Understanding challenges with adhered masonry veneer

All images courtesy International Masonry Institute

by Pat Conway, CSI, AIA
Adhered masonry veneer assemblies are gaining a greater share of the building enclosure market because architects and building owners like their appearance, thin profile, lightweight features, and potential for cost savings. However, designing and constructing these exterior wall systems is becoming more complex with a wider array of cladding product choices, dry-stack configurations, greater expanse of material being used on exterior building elevations, continuous insulation (ci) challenges, drainage mat debates, durability concerns, and conflicting installation recommendations.

Adhered masonry veneer code requirements are indicated in both Chapter 14 of the International Building Code (IBC) and Section 6.3 of the referenced national masonry model code and specification, Building Code Requirements and Specification for Masonry Structures (i.e. The Masonry Society [TMS] 402/American Concrete Institute [ACI] 530/American Society for Civil Engineers [ASCE] 5 and TMS 602/ACI 530.1/ASCE 6). In addition to formally referencing the national masonry model code, IBC also mandates designers to follow manufacturer installation recommendations (Figure 1).

Some of these manufacturers have customized installation instructions for their products, while other suppliers simply point designers to ‘typical industry standards’ or guides written by masonry trade associations. Other companies refer to their own proprietary third-party installation recommendations such as their respective International Code Council’s Evaluation Service Reports (ICC-ESR). When using thin manufactured masonry units, such reports serve as reputable sources of objective and definitive information regarding unit properties and installation recommendations. In fact, ICC-ESR, Section 5.1 states:

Adhered masonry veneer detailing and installation instruction can prove to be a puzzle with potentially conflicting information.

In the event of a conflict between manufacturer’s published installation instructions and this report, this report governs.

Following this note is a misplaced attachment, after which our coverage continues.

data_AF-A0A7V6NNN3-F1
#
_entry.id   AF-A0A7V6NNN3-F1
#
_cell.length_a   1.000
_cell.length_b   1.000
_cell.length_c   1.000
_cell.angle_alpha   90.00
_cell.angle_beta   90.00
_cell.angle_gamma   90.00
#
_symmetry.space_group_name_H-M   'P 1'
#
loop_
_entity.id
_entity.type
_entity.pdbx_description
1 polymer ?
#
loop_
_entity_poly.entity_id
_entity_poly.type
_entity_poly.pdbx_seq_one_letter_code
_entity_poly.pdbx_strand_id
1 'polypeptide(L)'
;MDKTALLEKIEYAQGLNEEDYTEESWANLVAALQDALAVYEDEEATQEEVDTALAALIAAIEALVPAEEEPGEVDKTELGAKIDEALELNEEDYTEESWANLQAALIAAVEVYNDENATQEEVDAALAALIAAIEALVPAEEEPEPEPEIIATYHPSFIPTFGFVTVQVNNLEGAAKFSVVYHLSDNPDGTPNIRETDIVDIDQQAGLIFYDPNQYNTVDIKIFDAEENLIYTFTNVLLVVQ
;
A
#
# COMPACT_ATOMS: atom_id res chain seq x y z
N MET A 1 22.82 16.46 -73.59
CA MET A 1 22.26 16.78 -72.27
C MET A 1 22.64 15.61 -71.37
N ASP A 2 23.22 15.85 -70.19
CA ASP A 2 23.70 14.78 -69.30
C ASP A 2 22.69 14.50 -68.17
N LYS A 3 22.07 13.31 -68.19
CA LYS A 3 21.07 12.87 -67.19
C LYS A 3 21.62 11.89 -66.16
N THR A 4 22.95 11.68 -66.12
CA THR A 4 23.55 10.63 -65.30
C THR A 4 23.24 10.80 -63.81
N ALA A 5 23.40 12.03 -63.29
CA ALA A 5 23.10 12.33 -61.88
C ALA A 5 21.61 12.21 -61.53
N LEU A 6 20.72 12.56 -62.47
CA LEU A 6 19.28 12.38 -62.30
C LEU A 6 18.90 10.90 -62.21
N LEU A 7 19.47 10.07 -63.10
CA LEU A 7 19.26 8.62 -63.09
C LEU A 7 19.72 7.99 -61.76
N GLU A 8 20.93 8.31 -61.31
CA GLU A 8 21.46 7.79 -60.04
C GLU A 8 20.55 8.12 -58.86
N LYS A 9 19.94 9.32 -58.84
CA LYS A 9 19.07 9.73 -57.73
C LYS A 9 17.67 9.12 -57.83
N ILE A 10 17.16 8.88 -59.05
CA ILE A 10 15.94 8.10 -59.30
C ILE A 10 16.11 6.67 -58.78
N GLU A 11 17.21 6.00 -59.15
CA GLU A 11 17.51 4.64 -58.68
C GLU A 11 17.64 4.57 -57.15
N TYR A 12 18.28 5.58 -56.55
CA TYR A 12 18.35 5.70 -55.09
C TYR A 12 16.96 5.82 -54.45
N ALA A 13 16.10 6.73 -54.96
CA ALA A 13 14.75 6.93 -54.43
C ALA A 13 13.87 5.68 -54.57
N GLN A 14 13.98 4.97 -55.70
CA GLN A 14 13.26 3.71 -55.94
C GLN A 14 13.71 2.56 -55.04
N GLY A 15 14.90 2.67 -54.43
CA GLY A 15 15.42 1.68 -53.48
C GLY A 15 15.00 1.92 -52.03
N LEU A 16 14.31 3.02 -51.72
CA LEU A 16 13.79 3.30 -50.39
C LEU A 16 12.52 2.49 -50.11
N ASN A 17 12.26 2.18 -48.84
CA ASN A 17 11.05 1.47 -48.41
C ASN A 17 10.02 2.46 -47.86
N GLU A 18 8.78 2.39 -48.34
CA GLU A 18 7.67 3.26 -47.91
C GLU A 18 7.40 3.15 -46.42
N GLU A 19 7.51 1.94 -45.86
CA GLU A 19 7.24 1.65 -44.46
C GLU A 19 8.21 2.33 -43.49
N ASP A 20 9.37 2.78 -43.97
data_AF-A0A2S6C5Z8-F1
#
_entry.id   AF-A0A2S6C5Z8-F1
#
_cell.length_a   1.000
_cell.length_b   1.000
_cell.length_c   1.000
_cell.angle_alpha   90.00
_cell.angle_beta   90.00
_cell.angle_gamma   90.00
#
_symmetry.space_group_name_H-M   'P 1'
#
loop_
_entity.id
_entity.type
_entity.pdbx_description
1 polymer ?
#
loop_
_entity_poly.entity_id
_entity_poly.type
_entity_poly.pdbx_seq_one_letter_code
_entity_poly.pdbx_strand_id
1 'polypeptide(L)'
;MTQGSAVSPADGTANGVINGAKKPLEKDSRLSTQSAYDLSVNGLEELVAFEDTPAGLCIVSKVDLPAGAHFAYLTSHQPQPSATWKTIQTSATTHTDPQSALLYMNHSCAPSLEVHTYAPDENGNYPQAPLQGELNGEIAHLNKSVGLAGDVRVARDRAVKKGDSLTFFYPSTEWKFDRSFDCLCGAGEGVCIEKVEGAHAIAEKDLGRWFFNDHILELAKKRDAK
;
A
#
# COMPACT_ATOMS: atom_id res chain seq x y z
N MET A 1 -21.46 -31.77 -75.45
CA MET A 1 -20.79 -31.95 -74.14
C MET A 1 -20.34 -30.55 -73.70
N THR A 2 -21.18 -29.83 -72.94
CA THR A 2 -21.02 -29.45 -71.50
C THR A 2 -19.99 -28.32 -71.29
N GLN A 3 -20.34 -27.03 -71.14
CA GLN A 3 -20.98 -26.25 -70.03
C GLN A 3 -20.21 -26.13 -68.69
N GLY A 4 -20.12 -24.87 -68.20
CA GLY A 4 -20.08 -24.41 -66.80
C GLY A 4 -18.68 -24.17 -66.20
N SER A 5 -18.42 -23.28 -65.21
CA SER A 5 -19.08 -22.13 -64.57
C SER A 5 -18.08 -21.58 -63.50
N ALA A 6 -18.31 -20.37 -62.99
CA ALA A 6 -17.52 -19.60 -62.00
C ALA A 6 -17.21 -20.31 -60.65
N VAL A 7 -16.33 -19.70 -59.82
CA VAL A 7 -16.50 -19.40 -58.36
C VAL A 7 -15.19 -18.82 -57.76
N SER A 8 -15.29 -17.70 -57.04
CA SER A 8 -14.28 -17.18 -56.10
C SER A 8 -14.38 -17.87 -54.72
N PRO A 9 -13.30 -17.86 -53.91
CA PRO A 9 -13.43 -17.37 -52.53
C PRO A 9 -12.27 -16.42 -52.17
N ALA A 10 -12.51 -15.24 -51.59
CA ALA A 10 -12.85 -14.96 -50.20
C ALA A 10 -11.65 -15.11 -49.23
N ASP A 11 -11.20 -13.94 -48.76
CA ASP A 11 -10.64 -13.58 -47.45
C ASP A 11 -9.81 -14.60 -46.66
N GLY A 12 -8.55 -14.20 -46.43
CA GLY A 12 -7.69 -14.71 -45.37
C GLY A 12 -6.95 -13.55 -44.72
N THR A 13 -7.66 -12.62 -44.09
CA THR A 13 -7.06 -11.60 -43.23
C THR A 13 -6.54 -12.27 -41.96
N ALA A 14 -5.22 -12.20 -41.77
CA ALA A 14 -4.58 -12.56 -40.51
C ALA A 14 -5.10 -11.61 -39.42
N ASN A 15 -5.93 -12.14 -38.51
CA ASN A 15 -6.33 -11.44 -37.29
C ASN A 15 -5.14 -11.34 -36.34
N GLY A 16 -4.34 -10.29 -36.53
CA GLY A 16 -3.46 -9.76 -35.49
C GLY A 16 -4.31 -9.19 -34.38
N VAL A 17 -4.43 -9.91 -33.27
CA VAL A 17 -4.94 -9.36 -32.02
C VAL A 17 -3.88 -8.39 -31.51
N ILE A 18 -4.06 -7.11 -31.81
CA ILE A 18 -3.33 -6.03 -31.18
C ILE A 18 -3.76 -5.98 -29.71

When it comes to both natural and manufactured adhered masonry systems, recently published ASTM standards support both the units and their installation. Thin manufactured stone units are now covered by ASTM C1670-14, Standard Specification for Adhered Manufactured Stone Masonry Veneer Units, while installation of manufactured stone veneer units is addressed by ASTM C1780-15, Standard Practice for Installation Methods for Adhered Manufactured Stone Masonry Veneer. Natural thin stone veneer, on the other hand, is supported by ASTM C1242-15, Standard Guide for Selecting, Design, and Installation of Dimension Stone Attachment Systems, under Section 6.7. (In addition to these new ASTM standards for thin natural stone products, two helpful supplier-authored guides include Indiana Limestone Company’s Thin Veneer Installation Guide, and Natural Stone Veneers International’s Installation Guide & Helpful Tips).

For manufactured thin veneer units, common industry guides include the Masonry Veneer Manufacturers Association’s (MVMA’s) Installation Guide and Detailing Options for Compliance with ASTM C1780 for Adhered Manufactured Stone Veneer and the National Concrete Masonry Association’s (NCMA’s) TEK 20-1 (2014), Key Installation Checkpoints for Manufactured Stone Veneer. In addition to these design and installation resources, the International Masonry Institute (IMI) has an informative seminar titled, “Adhered Masonry Veneer Systems,” reviewing pertinent building codes, industry literature, different adhered masonry veneer assembly options, and installation photos.

Since there are multiple design and installation resources available, designers should be careful to compare the various documents for possible conflicts. In addition to potentially contradictory design and installation resources, some designers and specifiers take it upon themselves to create unique design and installation parameters with sometimes incomplete or unclear construction documents that can result in inaccurate bids, multiple RFIs, change orders, confusion during the installation process, and schedule delays. This lack of clarity can yield wall performance issues for building owners, hardships for builders, and unexpected project management hours for designers.

When designing adhered masonry veneer systems, it is also important to consider local codes. For example, 10-mm (0.4-in.) drainage mats are required behind adhered veneer claddings in Canada, and California has its own code citations for adhered masonry veneers applied to schools and healthcare facilities.

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